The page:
Physicists from the U.S. and Japan have used all kinds of modern scientific instruments to examine and investigate the bowl trying to find out its construction principles of heat conductivity, sensoring, self-propelling, and spraying and making sound, but have not succeeded.
In October 1986, a replica bronze spouting bowl was made in the U.S. It looked identical to the yin-yang fish bowl but was a failure, as it could not function properly: It could not spout water, and the sound it made was very dull.
Modern science can only lament its insignificance before the miracles created by ancient Chinese technology and treat it as an unsolved mystery.
What were the principles upon which ancient people made the bronze fish bowl? As developed as it is today, why can’t modern science and technology make a replica of a bronze ware bowl made by people in ancient times?
According to experts’ analysis, modern science is analytical science. Characterized by high accuracy and strict quantification, it has reached the level of micro quantum technology. The so-called “Nami Technology” may very well represent the achievements of today’s high-tech. Yet modern science has a fatal weakness: linearism. Linear science still dominates today’s modern science and continues to apply a simplified approach to natural phenomena as always.
The real world and Mother Nature do not conform to linear principles, but in most cases non-linear theory instead. Modern science and technology are nothing but man-made simplification against the truth of Mother Nature.
Fountains of water that are similar to those in the bronze spouting fish bowl are called “solitary wave” or soliton phenomena. Different from ordinary waves, solitary waves do not disperse when occurring, and therefore can last a long time. The existence of solitary waves is a non-linear phenomenon.
Thus the construction principles of the yin-yang fish bowl are far beyond the scope of modern science, and it is therefore impossible for modern technology to replicate.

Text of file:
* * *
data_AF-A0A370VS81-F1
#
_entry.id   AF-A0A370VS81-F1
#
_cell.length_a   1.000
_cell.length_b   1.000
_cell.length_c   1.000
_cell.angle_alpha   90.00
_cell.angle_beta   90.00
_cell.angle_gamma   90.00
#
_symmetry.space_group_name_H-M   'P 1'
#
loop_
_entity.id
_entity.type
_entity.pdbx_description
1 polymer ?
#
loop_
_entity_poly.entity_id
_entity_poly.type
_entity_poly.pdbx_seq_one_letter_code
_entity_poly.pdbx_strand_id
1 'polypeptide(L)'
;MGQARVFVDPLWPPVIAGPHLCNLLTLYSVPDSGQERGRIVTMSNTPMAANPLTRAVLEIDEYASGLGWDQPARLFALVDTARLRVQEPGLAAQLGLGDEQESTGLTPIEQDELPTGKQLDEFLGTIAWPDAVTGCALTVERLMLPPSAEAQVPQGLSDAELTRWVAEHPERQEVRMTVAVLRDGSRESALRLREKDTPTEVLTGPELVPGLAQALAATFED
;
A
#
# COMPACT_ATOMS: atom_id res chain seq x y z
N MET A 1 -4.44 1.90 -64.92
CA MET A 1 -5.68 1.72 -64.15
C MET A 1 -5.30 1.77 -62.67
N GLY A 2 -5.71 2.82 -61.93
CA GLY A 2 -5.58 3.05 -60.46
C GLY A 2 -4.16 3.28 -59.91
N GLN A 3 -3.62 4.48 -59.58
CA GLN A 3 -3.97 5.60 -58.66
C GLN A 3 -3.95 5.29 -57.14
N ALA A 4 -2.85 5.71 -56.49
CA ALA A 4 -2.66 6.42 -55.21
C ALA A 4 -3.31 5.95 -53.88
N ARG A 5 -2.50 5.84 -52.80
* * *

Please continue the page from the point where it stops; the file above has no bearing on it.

Tags: archaeology, Chinese culture, funny things
$3 bowl for $2.22 million: A Chinese bowl bought for $3 was sold for $2.22 million at an auction. The bowl was described as “rare and important.”
A Chinese bowl that that was bought at a tag sale for $3 turned out to be 1,000 years old.
At a New York City Sotheby’s auction on Tuesday, the bowl sold for $2.22 million. Sotheby’s said that it was sold to a dealer in London, and it far exceeded the pre-sale value of between $200,000 and $300,000.
The rare bowl, around 5 inches in diameter, was made during the Northern Song Dynasty. The person who initially purchased the item bought it at a tag sale in 2007 and had it displayed in their living room for a few years before it was examined, reported The Associated Press.
Sotheby’s described the white “ding” bowl as “rare and important,” according to its website.
The Northern Song Dynasty lasted between 960 and 1127.
The Metropolitan Museum of Art, on its website, said that the “early Northern Song dynasty witnessed the flowering of one of the supreme artistic expressions of Chinese civilization: monumental landscape painting.”
Tags: crop circles, funny things, Science
Images of U.K. crop circles from 1945 and earlier are evidence that these formations are not made by hoaxers, says an Australian historian.